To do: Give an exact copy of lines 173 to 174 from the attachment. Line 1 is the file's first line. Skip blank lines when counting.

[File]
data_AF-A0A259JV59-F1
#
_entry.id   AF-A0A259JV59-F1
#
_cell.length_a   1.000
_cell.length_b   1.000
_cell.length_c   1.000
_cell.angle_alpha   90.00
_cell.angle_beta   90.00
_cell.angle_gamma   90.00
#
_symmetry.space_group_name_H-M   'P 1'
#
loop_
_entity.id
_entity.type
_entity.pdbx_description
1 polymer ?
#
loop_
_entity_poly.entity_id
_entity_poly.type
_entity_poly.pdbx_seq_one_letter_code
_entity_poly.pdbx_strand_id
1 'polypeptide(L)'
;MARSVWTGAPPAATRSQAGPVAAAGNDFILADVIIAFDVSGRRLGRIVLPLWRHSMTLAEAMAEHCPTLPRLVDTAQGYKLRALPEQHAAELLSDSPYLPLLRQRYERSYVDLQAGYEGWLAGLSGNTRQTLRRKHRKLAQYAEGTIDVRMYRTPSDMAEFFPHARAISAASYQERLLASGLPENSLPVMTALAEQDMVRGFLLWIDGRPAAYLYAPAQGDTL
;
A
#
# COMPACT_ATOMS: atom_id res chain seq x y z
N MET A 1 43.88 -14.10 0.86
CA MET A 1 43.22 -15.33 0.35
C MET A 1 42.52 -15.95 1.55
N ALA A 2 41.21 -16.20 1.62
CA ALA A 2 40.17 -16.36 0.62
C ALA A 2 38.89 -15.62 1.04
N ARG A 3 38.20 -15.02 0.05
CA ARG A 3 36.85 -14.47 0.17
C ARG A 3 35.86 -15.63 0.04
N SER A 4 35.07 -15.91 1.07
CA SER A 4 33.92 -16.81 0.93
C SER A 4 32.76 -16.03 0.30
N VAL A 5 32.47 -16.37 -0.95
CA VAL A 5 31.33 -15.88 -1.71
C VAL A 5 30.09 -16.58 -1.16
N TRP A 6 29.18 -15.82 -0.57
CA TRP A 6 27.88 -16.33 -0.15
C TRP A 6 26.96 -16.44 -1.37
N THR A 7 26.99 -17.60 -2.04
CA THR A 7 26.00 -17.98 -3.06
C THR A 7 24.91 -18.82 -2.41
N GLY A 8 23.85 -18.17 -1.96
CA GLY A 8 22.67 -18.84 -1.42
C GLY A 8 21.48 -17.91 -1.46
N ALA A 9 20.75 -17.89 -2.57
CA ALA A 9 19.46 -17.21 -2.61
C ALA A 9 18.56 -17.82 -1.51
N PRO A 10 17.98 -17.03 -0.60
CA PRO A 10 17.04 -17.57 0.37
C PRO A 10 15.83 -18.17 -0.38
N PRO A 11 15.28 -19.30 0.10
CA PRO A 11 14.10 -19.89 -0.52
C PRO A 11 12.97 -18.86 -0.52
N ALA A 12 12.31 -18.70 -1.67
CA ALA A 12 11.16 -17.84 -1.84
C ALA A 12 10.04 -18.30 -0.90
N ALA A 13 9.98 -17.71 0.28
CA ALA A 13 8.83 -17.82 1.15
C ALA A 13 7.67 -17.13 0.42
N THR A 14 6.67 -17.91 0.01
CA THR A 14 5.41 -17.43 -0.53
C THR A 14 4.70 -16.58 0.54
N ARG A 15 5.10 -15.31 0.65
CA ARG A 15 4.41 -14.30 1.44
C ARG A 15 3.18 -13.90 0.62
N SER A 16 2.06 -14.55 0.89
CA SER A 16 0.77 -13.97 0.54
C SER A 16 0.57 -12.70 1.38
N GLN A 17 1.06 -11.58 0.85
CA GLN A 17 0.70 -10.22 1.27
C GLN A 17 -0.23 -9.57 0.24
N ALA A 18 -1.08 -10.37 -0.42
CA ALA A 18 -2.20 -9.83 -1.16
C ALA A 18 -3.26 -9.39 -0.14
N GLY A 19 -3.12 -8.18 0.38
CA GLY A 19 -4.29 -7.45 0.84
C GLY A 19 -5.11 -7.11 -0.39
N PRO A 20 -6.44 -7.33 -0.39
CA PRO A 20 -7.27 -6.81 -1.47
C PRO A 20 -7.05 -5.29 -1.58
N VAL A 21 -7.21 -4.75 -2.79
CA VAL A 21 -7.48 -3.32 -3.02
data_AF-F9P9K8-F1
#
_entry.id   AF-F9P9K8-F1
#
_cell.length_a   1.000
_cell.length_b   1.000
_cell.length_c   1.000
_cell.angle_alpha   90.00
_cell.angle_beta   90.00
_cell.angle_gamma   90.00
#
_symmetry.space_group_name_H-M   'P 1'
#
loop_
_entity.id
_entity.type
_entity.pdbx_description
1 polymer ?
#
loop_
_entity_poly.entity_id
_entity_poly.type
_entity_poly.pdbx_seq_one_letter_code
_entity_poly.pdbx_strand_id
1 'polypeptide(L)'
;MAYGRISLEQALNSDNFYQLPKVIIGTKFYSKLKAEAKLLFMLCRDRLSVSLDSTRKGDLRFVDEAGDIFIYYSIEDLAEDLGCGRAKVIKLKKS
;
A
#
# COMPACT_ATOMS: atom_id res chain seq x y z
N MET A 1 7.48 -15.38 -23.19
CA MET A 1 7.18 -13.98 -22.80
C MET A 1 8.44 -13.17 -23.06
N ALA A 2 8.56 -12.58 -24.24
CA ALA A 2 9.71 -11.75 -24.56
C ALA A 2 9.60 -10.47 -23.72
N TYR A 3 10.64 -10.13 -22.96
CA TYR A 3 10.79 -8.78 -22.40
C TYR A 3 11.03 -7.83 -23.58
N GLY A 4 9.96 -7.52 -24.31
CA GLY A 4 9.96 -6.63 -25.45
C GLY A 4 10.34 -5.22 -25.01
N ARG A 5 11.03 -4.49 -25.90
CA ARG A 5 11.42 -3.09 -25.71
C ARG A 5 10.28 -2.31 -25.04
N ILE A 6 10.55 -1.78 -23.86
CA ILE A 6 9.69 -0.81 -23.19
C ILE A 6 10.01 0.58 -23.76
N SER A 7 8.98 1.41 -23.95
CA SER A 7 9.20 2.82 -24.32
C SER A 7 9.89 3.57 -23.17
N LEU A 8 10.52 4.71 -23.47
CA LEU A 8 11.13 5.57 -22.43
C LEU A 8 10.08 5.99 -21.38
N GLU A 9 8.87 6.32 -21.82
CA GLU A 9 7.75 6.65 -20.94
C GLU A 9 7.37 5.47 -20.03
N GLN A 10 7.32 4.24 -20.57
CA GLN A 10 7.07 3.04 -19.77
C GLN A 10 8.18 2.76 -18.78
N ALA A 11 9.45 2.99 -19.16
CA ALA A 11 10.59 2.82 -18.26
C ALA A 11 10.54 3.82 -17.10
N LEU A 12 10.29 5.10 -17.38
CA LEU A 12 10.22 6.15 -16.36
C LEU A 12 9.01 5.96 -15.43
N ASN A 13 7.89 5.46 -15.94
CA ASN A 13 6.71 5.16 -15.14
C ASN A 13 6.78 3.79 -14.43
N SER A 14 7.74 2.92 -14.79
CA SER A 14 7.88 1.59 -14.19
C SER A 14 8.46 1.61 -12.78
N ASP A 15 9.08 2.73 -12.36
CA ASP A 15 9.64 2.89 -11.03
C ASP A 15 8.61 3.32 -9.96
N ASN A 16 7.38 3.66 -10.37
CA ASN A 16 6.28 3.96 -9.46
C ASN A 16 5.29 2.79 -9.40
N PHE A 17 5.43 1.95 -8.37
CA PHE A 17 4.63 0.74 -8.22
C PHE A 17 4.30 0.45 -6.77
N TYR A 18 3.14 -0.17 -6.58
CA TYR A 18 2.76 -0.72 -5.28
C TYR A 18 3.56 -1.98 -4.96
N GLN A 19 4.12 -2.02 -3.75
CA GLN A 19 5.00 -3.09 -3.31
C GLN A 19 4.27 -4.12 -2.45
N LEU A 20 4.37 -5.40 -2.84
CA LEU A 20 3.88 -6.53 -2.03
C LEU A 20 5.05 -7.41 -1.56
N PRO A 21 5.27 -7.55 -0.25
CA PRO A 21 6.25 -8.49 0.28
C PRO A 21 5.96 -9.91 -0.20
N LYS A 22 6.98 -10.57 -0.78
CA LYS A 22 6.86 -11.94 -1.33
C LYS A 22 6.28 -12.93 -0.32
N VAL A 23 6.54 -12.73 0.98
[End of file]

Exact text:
C PHE A 17 4.30 0.45 -6.77
N TYR A 18 3.14 -0.17 -6.58